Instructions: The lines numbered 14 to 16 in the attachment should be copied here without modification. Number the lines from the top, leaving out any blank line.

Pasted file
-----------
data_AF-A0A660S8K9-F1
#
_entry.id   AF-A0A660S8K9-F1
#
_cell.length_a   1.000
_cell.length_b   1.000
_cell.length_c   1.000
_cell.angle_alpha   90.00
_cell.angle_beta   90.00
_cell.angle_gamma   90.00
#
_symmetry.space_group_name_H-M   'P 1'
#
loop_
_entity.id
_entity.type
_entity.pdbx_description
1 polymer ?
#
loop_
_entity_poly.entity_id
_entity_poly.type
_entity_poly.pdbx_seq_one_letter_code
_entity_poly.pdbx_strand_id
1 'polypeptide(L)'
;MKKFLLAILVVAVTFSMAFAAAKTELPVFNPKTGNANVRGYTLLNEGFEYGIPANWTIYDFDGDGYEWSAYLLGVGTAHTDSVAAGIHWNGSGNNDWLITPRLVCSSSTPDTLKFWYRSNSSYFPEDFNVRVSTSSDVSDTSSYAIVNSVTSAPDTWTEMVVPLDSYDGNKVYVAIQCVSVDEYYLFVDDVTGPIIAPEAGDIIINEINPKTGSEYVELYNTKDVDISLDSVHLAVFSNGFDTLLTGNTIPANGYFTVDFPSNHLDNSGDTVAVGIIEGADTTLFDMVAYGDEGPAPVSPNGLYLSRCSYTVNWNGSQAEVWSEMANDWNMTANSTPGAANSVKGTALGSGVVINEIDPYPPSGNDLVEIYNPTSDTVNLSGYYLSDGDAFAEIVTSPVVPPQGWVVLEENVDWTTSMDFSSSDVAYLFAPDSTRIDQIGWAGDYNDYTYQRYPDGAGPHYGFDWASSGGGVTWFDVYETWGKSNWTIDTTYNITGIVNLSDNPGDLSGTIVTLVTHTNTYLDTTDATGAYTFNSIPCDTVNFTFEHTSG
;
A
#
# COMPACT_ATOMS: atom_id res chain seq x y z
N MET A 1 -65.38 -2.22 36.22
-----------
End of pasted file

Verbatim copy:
loop_
_entity.id
_entity.type